My SERIOUS Question, and Your Summer Reading List

By: Jane

May 24 2011

Category: God, Grieving


I’m going to try to combine two trains of thought into one post tonight; two trains of thought that, at first, might not seem to fit together very well.

First, I’d like to recommend The Shack, by William P. Young for your summer reading list. There are few books that I’ve read more than once. The first time I read The Shack I found the experience almost life changing…certainly life deepening. It’s the story of a man whose six and a half-year old daughter vanishes from a campsite in Oregon. His grief over her loss is called “The Great Sadness.”

Little distractions….were a welcome although brief respite from the haunting presence of his constant companion: The Great Sadness, as he referred to it. Shortly after the summer that Missy had vanished The Great Sadness had draped itself around Mack’s shoulders like some invisible but almost tangibly heavy quilt….
He ate, worked, loved, dreamed and played in this garment of heaviness, weighed down as if he were wearing a leaden bathrobe – trudging daily through the murky despondency that sucked the color out of everything.”

Mack receives a type written note which he initially considers a cruel prank. It is a note from God inviting Mack to meet Him at The Shack – the last place that any trace of Missy was found.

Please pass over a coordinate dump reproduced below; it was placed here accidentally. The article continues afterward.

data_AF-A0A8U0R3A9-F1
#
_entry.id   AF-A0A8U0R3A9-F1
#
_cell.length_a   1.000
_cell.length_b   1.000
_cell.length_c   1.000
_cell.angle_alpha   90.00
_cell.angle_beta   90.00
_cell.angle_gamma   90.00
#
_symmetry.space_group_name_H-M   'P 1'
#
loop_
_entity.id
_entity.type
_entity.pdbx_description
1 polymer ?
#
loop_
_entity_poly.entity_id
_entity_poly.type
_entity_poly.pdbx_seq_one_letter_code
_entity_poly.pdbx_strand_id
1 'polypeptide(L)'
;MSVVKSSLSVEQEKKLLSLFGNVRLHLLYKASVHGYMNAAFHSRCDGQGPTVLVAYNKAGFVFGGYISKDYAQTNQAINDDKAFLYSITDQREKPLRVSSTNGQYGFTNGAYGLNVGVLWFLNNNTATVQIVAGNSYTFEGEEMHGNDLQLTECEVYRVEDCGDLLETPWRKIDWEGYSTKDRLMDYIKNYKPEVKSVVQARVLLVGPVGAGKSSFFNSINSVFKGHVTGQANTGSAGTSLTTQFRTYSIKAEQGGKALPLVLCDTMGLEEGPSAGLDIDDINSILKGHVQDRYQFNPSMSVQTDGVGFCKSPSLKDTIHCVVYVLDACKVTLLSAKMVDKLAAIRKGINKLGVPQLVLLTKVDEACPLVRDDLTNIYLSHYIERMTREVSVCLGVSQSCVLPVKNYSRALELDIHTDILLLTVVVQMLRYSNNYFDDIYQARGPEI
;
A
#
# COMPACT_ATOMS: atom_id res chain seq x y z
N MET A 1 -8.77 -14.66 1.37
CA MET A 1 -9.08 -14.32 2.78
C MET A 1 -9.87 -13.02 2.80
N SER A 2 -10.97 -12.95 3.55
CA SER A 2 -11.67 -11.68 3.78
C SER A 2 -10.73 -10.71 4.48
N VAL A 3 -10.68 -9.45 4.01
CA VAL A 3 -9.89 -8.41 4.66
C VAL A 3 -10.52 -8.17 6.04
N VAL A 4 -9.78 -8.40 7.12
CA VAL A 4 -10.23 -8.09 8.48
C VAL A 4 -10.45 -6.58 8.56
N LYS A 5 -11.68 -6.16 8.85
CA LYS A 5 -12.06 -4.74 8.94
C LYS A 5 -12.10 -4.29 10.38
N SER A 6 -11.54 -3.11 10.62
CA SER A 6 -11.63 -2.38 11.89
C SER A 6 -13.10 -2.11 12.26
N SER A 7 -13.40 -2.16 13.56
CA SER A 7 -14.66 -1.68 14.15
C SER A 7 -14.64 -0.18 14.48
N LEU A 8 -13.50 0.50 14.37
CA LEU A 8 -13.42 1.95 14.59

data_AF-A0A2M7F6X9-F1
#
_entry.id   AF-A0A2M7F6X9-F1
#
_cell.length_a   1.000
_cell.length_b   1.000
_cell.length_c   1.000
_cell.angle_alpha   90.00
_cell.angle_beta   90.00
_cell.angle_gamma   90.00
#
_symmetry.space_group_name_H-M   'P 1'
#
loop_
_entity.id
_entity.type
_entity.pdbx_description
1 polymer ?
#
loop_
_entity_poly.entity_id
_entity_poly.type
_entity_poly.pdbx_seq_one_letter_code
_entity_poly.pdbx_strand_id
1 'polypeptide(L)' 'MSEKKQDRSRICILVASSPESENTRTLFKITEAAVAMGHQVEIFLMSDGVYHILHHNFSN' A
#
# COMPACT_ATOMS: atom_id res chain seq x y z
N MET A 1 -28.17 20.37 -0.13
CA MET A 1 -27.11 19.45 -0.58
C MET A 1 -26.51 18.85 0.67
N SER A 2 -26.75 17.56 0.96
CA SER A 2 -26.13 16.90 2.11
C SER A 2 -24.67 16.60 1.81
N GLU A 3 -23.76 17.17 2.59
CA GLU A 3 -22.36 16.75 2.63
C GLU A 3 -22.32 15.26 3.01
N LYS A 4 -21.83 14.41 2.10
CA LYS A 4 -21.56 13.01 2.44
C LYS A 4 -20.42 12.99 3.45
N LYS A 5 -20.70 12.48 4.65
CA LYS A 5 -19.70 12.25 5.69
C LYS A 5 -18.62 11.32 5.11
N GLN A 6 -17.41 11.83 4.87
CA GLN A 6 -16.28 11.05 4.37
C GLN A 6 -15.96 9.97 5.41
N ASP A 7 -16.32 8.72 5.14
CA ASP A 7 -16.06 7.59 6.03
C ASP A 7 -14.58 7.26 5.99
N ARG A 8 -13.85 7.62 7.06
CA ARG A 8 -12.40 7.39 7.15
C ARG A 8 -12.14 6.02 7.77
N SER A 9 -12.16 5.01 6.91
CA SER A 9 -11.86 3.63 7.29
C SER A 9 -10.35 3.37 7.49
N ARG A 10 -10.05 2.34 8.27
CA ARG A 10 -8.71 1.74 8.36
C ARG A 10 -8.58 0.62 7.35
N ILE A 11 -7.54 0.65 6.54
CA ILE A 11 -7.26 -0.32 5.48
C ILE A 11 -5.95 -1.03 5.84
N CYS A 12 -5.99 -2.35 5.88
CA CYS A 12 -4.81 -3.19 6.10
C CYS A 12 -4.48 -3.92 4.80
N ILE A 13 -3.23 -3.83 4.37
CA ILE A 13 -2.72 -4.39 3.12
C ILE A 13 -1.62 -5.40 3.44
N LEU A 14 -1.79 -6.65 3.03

No spoilers – I encourage you to read the book for yourself. However, I will tell you that Mack decides to go to The Shack, and it is there that the story becomes life changing.

Some readers can’t get past the fact that God is portrayed as a large black woman called “Papa.”. Perhaps they assume that the author is trying to state that God is a woman. I take it to mean that each of us retains some aspect of God’s image, whether we are male, female, black, white, large, small or anything else.

Now, having told you this much, I would like to return to the topic of my SERIOUS question of several posts ago, when I sought input on the whereabouts of God when a local child was brutally murdered. I was asking, I think, the age-old question of how a good God could allow such a thing to happen to an innocent child.

I read a passage this morning from 1Kings which seems to indicate that there was a time when God took a child to Himself in death, in order to rescue that child from the evil around him.

“Now you arise, go to your house. When your feet enter the city the child will die. And all Israel shall mourn for him and bury him, for he alone of Jeroboam’s family shall come to the grave, because in him something good was found toward the Lord God of Israel in the house of Jeroboam.”
1Kings 14:12-13

It can honestly be said that there are worse things than dying. It has been suggested to me that perhaps God did indeed help the young murder victim, by not causing her to have to live through, and with, for the rest of her life, the trauma that was inflicted upon her. I know that God has given each of us the freedom to choose between good or evil, and that those who choose evil inflict the consequences of their deeds on those around them. I do not think that means, however, that God doesn’t get involved. It is possible that because of one person’s selfish choice to satisfy his own compulsion, it became better for the child to be with God in heaven than to remain here on earth. Of course, that means that the consequences of this man’s actions have affected not only him and his victim, but her family, neighbors, teachers, friends and his own family. He left a wide swath of misery.